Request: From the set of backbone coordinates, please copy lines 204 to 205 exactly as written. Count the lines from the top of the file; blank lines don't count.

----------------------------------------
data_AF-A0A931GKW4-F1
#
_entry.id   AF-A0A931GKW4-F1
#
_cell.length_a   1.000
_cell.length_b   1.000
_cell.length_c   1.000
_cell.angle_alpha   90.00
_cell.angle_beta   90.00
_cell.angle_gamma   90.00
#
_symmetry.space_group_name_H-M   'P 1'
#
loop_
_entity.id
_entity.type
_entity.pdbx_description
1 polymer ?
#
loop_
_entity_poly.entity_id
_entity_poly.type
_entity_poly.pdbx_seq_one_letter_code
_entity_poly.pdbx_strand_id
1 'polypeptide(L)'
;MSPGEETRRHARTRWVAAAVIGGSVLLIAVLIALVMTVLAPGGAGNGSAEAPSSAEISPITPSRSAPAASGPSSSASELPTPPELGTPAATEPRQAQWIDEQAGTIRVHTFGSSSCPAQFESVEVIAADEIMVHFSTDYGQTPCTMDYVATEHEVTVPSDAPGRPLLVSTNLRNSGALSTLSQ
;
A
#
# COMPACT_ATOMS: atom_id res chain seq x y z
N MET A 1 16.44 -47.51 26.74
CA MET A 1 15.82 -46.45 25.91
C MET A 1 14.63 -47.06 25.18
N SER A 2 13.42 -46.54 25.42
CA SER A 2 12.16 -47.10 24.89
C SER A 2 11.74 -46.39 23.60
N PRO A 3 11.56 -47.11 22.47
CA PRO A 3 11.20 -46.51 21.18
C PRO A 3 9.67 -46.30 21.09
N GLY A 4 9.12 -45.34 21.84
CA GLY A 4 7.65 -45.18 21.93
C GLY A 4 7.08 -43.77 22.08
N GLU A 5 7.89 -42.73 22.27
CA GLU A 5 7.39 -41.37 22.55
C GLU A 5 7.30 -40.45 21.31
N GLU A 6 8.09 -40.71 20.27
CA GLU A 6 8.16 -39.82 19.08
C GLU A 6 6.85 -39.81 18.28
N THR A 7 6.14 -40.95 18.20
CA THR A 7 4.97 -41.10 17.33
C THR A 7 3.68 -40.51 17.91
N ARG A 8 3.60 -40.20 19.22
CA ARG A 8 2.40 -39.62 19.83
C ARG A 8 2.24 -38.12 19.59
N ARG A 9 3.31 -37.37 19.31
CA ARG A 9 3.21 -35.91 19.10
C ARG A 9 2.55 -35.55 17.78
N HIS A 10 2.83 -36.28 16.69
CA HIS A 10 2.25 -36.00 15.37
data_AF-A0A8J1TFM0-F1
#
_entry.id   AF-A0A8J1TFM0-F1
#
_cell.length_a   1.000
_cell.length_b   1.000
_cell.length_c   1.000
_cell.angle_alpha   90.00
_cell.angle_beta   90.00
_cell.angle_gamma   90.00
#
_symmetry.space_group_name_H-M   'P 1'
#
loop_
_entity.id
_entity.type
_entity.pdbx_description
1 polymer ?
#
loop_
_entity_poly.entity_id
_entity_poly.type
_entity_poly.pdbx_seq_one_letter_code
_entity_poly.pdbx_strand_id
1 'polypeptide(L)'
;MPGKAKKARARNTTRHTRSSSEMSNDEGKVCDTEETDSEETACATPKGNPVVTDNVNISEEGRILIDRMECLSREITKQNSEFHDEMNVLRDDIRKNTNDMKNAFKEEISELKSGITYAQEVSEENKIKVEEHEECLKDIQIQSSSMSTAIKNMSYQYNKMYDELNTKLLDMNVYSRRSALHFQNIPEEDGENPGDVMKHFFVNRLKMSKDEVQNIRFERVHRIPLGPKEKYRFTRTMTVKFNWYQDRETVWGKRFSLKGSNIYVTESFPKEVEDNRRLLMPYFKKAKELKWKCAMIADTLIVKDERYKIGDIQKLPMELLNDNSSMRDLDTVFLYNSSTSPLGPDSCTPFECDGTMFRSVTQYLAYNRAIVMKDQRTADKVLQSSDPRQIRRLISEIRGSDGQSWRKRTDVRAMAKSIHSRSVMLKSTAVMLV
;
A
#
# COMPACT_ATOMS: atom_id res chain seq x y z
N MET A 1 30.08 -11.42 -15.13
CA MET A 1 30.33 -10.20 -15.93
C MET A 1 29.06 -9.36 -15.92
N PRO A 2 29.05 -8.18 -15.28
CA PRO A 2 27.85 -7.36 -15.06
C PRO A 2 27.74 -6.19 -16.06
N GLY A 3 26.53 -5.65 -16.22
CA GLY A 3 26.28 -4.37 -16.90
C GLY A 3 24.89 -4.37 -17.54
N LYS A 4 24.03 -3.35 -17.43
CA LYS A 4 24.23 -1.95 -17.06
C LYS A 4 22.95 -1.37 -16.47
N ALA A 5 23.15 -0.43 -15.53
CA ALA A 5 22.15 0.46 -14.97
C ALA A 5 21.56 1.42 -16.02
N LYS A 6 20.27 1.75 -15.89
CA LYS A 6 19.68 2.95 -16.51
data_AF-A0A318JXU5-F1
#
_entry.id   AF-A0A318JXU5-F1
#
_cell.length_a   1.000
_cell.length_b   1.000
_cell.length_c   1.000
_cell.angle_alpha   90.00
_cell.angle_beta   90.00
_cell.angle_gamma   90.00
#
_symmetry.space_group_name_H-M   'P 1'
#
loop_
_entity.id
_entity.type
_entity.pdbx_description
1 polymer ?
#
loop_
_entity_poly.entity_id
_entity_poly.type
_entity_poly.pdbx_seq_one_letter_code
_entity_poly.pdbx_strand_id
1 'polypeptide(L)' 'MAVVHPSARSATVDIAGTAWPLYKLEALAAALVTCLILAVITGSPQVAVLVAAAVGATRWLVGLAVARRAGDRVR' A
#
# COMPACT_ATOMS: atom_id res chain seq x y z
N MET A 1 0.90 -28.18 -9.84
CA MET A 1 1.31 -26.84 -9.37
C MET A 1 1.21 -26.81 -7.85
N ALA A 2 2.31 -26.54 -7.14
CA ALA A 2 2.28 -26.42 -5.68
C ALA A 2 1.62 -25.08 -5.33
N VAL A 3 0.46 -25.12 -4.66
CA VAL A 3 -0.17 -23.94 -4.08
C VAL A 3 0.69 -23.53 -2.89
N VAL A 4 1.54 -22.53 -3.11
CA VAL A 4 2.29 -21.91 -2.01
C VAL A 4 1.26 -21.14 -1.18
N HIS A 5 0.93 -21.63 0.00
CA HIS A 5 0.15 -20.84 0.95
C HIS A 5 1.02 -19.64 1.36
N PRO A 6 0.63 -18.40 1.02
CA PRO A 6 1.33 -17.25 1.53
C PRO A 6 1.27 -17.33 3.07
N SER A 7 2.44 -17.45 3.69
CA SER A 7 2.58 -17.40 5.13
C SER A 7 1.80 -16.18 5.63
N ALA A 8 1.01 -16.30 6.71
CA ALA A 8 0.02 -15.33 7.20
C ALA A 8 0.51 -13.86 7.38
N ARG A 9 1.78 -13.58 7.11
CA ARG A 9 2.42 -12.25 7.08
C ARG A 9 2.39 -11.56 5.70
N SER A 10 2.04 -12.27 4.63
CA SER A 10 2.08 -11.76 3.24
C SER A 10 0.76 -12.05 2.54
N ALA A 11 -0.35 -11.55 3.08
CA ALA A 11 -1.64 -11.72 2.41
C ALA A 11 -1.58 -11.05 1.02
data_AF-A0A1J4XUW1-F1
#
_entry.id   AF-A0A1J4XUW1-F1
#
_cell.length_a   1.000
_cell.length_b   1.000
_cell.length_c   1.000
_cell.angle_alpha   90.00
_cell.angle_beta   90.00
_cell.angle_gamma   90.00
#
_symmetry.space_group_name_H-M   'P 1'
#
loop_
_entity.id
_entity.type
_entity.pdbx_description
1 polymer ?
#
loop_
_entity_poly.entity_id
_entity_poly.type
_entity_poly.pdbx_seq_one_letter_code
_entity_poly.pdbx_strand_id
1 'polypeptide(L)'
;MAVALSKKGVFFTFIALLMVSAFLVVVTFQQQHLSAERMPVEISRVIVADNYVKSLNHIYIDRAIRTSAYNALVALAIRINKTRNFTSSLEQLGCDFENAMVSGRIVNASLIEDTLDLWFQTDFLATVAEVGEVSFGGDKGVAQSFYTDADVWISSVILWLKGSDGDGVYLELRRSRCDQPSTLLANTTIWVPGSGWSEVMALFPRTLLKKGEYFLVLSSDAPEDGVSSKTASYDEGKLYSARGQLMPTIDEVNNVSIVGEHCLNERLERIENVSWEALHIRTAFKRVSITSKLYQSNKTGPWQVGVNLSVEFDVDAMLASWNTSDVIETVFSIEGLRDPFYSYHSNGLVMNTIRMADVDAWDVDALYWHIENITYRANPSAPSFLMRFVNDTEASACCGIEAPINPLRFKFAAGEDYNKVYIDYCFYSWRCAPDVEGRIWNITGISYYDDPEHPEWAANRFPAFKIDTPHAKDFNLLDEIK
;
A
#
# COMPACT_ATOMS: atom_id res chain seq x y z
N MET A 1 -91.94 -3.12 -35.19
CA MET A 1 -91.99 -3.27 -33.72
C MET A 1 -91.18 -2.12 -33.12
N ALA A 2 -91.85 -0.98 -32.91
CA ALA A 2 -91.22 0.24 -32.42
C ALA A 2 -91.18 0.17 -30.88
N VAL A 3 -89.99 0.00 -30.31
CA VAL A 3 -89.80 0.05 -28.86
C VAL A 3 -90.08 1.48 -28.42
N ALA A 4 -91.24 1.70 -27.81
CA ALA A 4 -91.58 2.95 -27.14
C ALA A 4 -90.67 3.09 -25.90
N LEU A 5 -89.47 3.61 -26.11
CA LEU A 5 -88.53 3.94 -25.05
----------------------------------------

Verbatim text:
CA VAL A 3 -89.80 0.05 -28.86
C VAL A 3 -90.08 1.48 -28.42